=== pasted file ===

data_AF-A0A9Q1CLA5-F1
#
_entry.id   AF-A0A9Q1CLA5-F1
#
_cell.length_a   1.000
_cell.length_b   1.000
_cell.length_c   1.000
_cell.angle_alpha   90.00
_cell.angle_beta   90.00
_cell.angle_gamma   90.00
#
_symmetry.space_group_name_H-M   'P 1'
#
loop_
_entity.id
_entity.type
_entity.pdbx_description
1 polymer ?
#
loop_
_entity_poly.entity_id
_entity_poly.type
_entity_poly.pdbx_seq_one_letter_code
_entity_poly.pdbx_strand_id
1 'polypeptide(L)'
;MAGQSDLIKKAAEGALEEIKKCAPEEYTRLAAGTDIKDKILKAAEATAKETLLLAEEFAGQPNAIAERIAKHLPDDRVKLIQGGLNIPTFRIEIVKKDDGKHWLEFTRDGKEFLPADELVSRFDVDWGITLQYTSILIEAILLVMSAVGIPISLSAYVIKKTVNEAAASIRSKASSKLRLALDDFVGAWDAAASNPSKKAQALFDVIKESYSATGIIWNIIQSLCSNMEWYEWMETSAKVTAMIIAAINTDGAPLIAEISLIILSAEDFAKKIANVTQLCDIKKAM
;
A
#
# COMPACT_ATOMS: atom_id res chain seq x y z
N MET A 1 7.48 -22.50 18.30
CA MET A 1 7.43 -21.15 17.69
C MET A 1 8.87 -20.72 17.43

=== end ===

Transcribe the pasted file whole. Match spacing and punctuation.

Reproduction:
data_AF-A0A9Q1CLA5-F1
#
_entry.id   AF-A0A9Q1CLA5-F1
#
_cell.length_a   1.000
_cell.length_b   1.000
_cell.length_c   1.000
_cell.angle_alpha   90.00
_cell.angle_beta   90.00
_cell.angle_gamma   90.00
#
_symmetry.space_group_name_H-M   'P 1'
#
loop_
_entity.id
_entity.type
_entity.pdbx_description
1 polymer ?
#
loop_
_entity_poly.entity_id
_entity_poly.type
_entity_poly.pdbx_seq_one_letter_code
_entity_poly.pdbx_strand_id
1 'polypeptide(L)'
;MAGQSDLIKKAAEGALEEIKKCAPEEYTRLAAGTDIKDKILKAAEATAKETLLLAEEFAGQPNAIAERIAKHLPDDRVKLIQGGLNIPTFRIEIVKKDDGKHWLEFTRDGKEFLPADELVSRFDVDWGITLQYTSILIEAILLVMSAVGIPISLSAYVIKKTVNEAAASIRSKASSKLRLALDDFVGAWDAAASNPSKKAQALFDVIKESYSATGIIWNIIQSLCSNMEWYEWMETSAKVTAMIIAAINTDGAPLIAEISLIILSAEDFAKKIANVTQLCDIKKAM
;
A
#
# COMPACT_ATOMS: atom_id res chain seq x y z
N MET A 1 7.48 -22.50 18.30
CA MET A 1 7.43 -21.15 17.69
C MET A 1 8.87 -20.72 17.43